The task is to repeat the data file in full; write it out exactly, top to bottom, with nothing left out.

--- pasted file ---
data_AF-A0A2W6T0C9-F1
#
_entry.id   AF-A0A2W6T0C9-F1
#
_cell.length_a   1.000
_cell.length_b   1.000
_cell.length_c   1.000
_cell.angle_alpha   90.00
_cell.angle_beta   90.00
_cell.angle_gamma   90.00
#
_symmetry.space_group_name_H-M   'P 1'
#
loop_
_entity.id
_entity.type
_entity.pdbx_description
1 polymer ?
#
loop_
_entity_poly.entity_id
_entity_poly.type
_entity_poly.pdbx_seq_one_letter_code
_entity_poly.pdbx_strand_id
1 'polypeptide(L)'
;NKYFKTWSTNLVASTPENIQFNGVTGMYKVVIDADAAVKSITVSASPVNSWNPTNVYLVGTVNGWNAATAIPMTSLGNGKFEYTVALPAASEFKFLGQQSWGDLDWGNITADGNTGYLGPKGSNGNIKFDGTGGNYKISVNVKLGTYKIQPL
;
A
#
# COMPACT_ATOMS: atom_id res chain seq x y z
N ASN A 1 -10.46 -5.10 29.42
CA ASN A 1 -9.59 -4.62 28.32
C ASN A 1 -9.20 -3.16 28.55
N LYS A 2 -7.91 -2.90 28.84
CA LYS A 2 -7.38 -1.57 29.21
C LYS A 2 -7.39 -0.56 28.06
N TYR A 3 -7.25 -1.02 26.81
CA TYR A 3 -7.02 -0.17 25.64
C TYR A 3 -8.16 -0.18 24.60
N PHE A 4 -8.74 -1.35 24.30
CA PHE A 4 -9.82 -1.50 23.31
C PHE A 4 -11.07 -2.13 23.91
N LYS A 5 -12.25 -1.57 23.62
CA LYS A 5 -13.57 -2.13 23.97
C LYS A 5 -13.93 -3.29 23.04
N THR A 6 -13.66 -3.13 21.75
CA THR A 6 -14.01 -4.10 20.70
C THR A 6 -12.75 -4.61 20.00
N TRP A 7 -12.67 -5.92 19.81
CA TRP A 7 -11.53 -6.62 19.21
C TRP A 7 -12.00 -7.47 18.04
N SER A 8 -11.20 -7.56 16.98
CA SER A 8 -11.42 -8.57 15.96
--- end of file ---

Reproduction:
data_AF-A0A2W6T0C9-F1
#
_entry.id   AF-A0A2W6T0C9-F1
#
_cell.length_a   1.000
_cell.length_b   1.000
_cell.length_c   1.000
_cell.angle_alpha   90.00
_cell.angle_beta   90.00
_cell.angle_gamma   90.00
#
_symmetry.space_group_name_H-M   'P 1'
#
loop_
_entity.id
_entity.type
_entity.pdbx_description
1 polymer ?
#
loop_
_entity_poly.entity_id
_entity_poly.type
_entity_poly.pdbx_seq_one_letter_code
_entity_poly.pdbx_strand_id
1 'polypeptide(L)'
;NKYFKTWSTNLVASTPENIQFNGVTGMYKVVIDADAAVKSITVSASPVNSWNPTNVYLVGTVNGWNAATAIPMTSLGNGKFEYTVALPAASEFKFLGQQSWGDLDWGNITADGNTGYLGPKGSNGNIKFDGTGGNYKISVNVKLGTYKIQPL
;
A
#
# COMPACT_ATOMS: atom_id res chain seq x y z
N ASN A 1 -10.46 -5.10 29.42
CA ASN A 1 -9.59 -4.62 28.32
C ASN A 1 -9.20 -3.16 28.55
N LYS A 2 -7.91 -2.90 28.84
CA LYS A 2 -7.38 -1.57 29.21
C LYS A 2 -7.39 -0.56 28.06
N TYR A 3 -7.25 -1.02 26.81
CA TYR A 3 -7.02 -0.17 25.64
C TYR A 3 -8.16 -0.18 24.60
N PHE A 4 -8.74 -1.35 24.30
CA PHE A 4 -9.82 -1.50 23.31
C PHE A 4 -11.07 -2.13 23.91
N LYS A 5 -12.25 -1.57 23.62
CA LYS A 5 -13.57 -2.13 23.97
C LYS A 5 -13.93 -3.29 23.04
N THR A 6 -13.66 -3.13 21.75
CA THR A 6 -14.01 -4.10 20.70
C THR A 6 -12.75 -4.61 20.00
N TRP A 7 -12.67 -5.92 19.81
CA TRP A 7 -11.53 -6.62 19.21
C TRP A 7 -12.00 -7.47 18.04
N SER A 8 -11.20 -7.56 16.98
CA SER A 8 -11.42 -8.57 15.96